The fatal shooting of Fairfax County police Detective Vicky Armel and the shooting of her two colleagues, which left one critically injured and hospitalized, is a terrible tragedy (“Gunman kills Fairfax cop,” Page 1, Tuesday). Those of us who work in the law-enforcement field and criminal-justice system are always cognizant of such possibilities, but when the reality occurs, a part of our core selves is engulfed with the traumatic event. It doesn’t matter if we were personally acquainted with Detective Armel or are acquainted with her surviving colleagues because what we know and understand is that they are part of a cohesive bond we all share as public service professionals who are engaged in securing public safety for all citizens. The loss; the injuries; and the impact on the family, police department and community; and the associated grief all belong to us.

The knowledge of the potential for such dreadful moments does not facilitate the coping process in any way. In an attempt to make sense out of the senseless, we try to remain strong, brave and supportive of one another, but in the process, we all grieve deeply.

The community also is impacted. Skilled police officers who are highly trained and dedicate their lives to protect the safety of the citizenry also are vulnerable to victimization, and when this occurs, the effect reverberates into a startling realization that no one is ever completely safe. It is a fact none of us wants to dwell upon but that we must face.

During this emotional period in which we all share the grievous loss of Detective Armel, let us all appreciate those who touch our lives in both close and distant ways to make our world a better place by their dedication of service and the ultimate price of sacrificing their lives in the line of duty, as a consequence.


Victim specialist/legal assistant

State’s Attorney’s Office

Prince George’s County

The Ahmadinejad letter

When I learned that Iranian President Mahmoud Ahmadinejad had written a letter to President Bush, I held out some hope, however minuscule, that it might provide an opening for the nations of the world to defuse the increasingly dangerous war of words over Iran’s growing capability to produce nuclear weapons (“Iranian leader writes to Bush ,” Page 1, Tuesday).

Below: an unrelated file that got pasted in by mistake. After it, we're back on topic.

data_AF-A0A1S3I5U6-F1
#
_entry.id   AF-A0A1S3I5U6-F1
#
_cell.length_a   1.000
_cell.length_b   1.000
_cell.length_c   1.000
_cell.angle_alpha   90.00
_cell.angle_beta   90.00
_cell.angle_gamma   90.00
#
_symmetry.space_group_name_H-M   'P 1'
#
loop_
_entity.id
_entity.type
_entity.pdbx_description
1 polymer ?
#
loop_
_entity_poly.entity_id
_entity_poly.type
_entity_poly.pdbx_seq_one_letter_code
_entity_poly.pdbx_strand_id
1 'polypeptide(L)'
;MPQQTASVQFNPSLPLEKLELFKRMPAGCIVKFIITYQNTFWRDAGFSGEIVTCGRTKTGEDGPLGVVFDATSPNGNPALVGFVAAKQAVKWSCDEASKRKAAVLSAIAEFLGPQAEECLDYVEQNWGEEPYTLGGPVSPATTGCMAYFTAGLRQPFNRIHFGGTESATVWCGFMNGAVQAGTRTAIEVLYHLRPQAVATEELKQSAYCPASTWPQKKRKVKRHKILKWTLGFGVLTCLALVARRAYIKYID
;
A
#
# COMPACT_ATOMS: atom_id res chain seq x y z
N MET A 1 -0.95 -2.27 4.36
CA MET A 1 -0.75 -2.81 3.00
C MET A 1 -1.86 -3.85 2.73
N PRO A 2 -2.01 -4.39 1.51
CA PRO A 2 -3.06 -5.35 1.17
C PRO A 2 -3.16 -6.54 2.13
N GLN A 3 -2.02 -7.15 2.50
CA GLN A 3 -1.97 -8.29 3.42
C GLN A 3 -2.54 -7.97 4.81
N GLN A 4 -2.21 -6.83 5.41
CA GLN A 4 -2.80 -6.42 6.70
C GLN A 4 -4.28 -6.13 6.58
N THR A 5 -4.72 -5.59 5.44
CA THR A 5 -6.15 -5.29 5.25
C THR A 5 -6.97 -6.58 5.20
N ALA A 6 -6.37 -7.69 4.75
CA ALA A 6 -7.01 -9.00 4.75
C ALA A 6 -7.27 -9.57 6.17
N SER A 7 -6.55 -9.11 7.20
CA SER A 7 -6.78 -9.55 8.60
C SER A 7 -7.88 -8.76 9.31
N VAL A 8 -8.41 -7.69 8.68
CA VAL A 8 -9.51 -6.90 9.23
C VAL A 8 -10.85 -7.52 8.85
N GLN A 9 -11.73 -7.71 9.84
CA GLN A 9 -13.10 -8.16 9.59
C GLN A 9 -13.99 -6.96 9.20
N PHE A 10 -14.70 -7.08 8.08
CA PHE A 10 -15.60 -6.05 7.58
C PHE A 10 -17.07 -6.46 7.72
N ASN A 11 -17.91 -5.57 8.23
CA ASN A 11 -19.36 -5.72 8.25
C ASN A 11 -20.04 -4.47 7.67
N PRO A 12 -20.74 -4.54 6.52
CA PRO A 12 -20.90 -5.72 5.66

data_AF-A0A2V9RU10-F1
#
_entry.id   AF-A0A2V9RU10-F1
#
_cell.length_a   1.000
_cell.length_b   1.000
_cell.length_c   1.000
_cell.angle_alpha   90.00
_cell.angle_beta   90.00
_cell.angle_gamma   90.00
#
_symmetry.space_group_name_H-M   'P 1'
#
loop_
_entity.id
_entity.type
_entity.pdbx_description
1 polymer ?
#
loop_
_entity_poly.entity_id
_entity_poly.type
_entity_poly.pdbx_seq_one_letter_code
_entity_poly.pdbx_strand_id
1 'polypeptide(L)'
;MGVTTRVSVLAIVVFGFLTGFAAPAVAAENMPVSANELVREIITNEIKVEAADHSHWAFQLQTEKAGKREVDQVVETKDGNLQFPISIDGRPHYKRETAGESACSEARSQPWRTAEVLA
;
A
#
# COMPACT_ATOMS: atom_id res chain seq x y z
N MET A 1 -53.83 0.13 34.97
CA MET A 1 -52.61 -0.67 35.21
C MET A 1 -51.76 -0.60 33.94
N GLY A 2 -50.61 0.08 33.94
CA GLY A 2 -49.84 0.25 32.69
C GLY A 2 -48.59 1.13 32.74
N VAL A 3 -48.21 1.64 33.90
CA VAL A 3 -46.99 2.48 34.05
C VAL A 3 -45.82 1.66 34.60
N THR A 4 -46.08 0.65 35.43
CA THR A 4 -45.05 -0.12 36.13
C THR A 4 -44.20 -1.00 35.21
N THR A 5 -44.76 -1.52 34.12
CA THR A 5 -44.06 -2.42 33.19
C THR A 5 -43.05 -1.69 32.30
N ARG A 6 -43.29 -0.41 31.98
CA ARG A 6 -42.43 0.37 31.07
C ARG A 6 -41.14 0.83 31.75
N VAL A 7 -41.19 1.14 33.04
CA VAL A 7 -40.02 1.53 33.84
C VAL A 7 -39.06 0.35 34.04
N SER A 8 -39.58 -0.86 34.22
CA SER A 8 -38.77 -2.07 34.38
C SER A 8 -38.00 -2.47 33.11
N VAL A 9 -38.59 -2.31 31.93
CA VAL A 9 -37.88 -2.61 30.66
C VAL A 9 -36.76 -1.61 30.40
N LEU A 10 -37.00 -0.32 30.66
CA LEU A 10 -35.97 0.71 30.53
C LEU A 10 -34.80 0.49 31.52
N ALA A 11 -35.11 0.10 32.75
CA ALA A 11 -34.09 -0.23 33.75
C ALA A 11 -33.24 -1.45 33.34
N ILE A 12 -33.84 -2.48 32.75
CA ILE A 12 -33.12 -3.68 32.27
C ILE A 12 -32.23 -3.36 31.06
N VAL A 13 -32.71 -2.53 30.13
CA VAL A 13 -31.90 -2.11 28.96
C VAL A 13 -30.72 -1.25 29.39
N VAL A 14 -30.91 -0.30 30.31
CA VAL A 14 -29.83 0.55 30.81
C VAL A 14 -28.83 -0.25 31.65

Having read Mr. Ahmadinejad’s rambling screed in its entirety, I think it is clear that the conclusions of American officials are correct: His aim appears not to be conciliation and finding a solution to the crisis with which the world can live. He proposes nothing on this front.

The lengthy letter could appropriately be titled “The World According to Ahmadinejad,” as it touches on various facets of humanity’s existence and how the peoples of the world have interacted in the past and present and will in the future.

Much responsibility is placed upon the United States for conditions in our nation that Mr. Ahmadinejad deems to be poor and for the leading role we traditionally have adopted in world affairs.

Regrettably, the occurrence of the Holocaust and Israel’s right to exist in a sovereign state are again called into question. Mr. Bush consistently is challenged to live up to the ideals of Jesus Christ, an interesting point to be made by one who consistently has called for Israel to be wiped off the map, which it would be reasonable to assume would mean incinerating millions of innocent men, women, children and infants through Iran’s new nuclear capability.

If Mr. Ahmadinejad should ever become serious about striking a conciliatory and cooperative posture with the United States and other civilized nations and demonstrates a willingness to relinquish his nuclear weapons ambitions in exchange for being admitted to the world community, I would encourage our leadership to engage him in dialogue. Sadly, no such indication is evident in the Iranian president’s ruminations


Upper Saint Clair, Pa.